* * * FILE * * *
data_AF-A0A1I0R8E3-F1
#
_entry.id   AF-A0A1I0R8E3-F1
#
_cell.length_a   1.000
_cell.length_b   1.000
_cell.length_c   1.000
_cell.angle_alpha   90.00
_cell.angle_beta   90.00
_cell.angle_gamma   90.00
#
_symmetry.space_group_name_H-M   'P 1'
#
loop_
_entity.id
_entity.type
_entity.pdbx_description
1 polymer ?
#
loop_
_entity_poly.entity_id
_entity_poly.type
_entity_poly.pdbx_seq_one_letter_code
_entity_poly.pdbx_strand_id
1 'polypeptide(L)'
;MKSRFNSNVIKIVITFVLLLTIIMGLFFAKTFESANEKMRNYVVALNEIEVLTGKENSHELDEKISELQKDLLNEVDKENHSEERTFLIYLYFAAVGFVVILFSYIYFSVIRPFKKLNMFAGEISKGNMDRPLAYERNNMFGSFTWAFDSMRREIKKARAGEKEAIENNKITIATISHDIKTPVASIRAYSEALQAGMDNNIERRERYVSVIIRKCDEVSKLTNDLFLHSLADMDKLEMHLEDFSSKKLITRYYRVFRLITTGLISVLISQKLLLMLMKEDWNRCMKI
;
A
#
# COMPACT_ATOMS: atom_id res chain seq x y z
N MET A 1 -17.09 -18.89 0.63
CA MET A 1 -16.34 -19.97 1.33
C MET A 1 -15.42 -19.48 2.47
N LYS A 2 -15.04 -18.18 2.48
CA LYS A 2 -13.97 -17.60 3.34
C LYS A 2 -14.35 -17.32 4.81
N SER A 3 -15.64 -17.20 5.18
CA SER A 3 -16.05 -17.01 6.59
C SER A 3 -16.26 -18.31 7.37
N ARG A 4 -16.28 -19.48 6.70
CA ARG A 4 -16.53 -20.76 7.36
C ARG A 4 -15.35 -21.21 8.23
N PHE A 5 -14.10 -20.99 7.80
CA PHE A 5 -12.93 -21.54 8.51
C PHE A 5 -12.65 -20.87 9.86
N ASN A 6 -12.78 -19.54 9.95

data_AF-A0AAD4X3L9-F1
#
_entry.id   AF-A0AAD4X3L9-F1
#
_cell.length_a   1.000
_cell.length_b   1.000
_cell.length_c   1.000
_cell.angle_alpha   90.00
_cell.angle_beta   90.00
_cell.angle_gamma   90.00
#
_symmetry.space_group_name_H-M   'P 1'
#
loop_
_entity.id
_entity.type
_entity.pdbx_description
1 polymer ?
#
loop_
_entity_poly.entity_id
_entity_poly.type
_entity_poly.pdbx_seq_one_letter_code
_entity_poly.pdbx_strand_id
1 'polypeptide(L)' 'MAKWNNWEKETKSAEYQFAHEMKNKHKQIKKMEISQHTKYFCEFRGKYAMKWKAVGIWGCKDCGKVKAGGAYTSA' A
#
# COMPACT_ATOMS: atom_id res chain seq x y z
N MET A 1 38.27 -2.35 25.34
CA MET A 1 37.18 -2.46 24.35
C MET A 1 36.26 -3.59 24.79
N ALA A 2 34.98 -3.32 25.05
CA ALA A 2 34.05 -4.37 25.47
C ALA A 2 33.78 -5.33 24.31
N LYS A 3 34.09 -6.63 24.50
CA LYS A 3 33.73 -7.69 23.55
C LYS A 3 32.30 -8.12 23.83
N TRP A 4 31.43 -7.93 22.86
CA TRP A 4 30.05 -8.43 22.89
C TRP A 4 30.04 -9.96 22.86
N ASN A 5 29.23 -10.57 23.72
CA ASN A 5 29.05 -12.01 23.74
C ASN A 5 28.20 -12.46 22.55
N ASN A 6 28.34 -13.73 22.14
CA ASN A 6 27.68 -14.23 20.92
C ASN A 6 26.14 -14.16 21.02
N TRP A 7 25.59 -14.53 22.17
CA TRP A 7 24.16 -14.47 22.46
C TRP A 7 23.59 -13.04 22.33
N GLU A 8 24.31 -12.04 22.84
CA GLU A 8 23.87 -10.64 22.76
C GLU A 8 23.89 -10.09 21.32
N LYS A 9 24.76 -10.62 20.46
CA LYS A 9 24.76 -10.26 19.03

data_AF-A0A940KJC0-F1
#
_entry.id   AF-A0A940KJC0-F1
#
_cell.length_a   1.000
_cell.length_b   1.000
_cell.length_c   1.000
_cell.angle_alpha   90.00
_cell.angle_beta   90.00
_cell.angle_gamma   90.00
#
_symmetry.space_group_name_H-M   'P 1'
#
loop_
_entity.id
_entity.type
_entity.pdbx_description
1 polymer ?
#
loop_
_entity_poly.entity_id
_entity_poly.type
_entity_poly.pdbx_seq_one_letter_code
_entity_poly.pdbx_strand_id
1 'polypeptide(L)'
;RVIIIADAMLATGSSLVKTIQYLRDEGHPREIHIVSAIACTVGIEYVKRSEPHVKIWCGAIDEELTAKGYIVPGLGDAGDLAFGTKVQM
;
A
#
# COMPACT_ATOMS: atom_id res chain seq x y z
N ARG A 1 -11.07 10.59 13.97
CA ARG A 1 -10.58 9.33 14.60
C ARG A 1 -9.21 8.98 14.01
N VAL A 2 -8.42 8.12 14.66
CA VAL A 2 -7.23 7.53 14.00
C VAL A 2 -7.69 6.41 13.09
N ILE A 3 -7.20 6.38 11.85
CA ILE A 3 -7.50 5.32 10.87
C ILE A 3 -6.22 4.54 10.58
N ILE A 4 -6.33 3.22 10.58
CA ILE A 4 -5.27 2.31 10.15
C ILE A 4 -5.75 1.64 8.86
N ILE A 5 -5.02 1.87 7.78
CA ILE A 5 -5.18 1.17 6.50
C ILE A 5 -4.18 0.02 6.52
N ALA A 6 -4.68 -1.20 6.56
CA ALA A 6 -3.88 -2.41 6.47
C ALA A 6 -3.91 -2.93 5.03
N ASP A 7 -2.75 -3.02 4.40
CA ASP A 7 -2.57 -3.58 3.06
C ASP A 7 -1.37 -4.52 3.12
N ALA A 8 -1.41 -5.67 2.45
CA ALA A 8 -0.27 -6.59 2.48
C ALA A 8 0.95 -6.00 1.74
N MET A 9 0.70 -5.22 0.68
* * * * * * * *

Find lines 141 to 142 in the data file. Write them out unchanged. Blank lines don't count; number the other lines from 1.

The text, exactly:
C ILE A 4 -5.75 1.64 8.86
N ILE A 5 -5.02 1.87 7.78